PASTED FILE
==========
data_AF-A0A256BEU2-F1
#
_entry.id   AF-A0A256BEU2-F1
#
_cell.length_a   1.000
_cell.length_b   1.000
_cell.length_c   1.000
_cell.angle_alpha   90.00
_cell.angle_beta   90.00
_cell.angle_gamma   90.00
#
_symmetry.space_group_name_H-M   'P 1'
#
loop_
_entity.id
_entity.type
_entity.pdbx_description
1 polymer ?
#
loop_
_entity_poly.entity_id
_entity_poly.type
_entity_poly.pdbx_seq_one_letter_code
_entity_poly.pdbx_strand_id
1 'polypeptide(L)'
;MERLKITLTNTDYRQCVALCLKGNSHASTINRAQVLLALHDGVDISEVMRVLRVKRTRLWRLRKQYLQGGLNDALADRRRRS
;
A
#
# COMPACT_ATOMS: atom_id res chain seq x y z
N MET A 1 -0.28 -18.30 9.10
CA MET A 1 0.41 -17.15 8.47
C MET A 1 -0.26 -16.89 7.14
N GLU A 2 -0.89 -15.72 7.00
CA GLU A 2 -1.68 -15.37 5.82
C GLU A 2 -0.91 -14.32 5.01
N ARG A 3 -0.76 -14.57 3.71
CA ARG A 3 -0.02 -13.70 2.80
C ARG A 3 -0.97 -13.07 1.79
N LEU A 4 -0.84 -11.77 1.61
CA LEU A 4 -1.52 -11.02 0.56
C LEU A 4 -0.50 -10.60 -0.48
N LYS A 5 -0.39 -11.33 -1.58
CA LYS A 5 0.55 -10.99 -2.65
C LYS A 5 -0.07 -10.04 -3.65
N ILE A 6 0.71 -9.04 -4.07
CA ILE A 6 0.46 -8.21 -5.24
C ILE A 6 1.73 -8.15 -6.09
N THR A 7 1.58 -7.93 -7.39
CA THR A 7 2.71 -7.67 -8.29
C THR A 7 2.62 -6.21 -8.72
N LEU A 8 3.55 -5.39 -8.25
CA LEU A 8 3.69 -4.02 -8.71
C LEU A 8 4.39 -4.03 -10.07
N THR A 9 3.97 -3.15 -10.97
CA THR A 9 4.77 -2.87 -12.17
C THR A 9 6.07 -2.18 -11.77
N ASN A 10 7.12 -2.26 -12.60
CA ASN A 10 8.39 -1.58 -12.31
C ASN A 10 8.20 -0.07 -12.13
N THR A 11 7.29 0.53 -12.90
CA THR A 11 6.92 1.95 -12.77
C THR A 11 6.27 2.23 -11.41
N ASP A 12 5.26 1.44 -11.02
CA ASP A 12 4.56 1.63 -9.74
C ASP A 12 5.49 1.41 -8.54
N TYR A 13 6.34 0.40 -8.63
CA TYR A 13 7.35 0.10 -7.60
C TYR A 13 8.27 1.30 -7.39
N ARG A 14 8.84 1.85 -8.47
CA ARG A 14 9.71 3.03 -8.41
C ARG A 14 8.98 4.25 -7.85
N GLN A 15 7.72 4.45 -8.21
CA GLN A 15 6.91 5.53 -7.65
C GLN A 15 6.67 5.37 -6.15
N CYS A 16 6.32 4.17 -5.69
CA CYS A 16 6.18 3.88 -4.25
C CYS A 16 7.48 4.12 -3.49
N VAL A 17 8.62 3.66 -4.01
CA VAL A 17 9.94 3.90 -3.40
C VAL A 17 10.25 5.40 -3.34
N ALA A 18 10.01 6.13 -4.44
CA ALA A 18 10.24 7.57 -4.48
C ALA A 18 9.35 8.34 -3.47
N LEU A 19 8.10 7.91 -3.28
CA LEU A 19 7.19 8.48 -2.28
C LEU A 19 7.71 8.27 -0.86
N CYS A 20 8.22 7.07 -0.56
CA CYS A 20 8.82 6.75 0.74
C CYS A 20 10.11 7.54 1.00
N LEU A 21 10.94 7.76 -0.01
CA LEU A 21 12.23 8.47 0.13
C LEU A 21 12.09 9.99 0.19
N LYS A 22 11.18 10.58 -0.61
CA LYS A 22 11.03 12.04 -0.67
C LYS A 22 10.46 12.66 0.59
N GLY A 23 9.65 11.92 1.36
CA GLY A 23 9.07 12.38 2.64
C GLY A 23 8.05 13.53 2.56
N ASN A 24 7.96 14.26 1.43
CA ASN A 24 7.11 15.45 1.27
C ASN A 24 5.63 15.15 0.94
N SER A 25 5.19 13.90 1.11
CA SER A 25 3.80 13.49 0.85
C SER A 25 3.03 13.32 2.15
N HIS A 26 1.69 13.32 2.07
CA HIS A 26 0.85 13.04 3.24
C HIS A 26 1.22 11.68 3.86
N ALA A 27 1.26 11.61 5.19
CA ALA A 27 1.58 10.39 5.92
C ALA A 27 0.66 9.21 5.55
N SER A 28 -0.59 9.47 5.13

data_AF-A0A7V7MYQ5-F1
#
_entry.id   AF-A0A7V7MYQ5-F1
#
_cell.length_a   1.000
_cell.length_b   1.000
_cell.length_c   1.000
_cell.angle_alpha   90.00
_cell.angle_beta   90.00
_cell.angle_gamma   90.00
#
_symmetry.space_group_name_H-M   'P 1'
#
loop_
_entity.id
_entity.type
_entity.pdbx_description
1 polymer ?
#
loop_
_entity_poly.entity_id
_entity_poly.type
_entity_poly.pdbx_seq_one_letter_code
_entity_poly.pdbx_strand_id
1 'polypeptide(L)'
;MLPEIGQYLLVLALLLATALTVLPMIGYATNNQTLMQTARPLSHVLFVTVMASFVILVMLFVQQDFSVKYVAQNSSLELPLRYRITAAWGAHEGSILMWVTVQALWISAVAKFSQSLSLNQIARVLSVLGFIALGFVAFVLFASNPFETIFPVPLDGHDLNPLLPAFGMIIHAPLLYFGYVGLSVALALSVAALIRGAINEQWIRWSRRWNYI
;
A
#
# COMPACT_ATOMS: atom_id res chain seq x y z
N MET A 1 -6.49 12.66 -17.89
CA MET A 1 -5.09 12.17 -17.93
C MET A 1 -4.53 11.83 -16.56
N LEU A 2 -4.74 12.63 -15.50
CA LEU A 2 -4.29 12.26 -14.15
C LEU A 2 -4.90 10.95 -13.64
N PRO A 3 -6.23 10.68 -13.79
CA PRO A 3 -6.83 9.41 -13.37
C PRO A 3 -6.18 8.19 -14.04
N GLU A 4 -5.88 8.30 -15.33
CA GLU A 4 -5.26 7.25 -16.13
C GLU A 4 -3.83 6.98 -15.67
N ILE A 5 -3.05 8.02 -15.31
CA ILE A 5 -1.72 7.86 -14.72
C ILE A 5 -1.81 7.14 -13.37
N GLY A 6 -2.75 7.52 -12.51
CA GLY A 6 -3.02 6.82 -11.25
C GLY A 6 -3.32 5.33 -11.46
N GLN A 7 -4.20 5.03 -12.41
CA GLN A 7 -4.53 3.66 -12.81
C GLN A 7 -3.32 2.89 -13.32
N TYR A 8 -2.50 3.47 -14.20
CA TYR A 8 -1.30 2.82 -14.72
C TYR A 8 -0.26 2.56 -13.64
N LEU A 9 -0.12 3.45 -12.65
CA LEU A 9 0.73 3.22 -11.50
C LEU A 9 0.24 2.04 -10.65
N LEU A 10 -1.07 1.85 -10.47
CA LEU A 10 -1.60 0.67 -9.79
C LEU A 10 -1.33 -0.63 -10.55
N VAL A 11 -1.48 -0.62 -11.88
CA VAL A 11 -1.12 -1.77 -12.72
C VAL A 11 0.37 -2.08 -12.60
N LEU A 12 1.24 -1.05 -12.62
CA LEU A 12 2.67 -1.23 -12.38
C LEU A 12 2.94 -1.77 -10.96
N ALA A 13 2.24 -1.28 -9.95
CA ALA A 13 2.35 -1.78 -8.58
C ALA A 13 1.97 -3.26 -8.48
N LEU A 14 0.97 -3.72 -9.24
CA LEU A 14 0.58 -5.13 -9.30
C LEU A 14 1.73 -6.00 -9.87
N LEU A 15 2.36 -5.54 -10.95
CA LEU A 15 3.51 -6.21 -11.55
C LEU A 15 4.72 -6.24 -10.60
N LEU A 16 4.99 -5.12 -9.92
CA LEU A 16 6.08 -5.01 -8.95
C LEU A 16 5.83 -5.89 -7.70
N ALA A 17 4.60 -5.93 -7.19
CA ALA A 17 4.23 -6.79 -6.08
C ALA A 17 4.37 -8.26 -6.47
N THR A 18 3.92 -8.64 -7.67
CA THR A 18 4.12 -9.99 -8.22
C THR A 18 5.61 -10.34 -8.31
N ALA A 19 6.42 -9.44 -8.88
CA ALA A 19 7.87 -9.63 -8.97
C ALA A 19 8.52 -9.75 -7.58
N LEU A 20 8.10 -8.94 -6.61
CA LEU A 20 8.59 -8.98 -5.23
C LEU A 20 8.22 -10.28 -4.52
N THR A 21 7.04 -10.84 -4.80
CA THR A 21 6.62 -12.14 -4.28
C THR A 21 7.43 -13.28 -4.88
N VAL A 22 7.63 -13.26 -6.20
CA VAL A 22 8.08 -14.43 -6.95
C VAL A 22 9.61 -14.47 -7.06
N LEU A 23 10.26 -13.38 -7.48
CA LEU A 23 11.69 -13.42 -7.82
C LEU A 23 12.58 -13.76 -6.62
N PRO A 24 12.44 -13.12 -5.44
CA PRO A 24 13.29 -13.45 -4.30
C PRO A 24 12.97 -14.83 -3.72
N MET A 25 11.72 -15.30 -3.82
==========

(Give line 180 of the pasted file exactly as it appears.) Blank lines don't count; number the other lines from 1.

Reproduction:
CA ALA A 13 2.35 -1.78 -8.58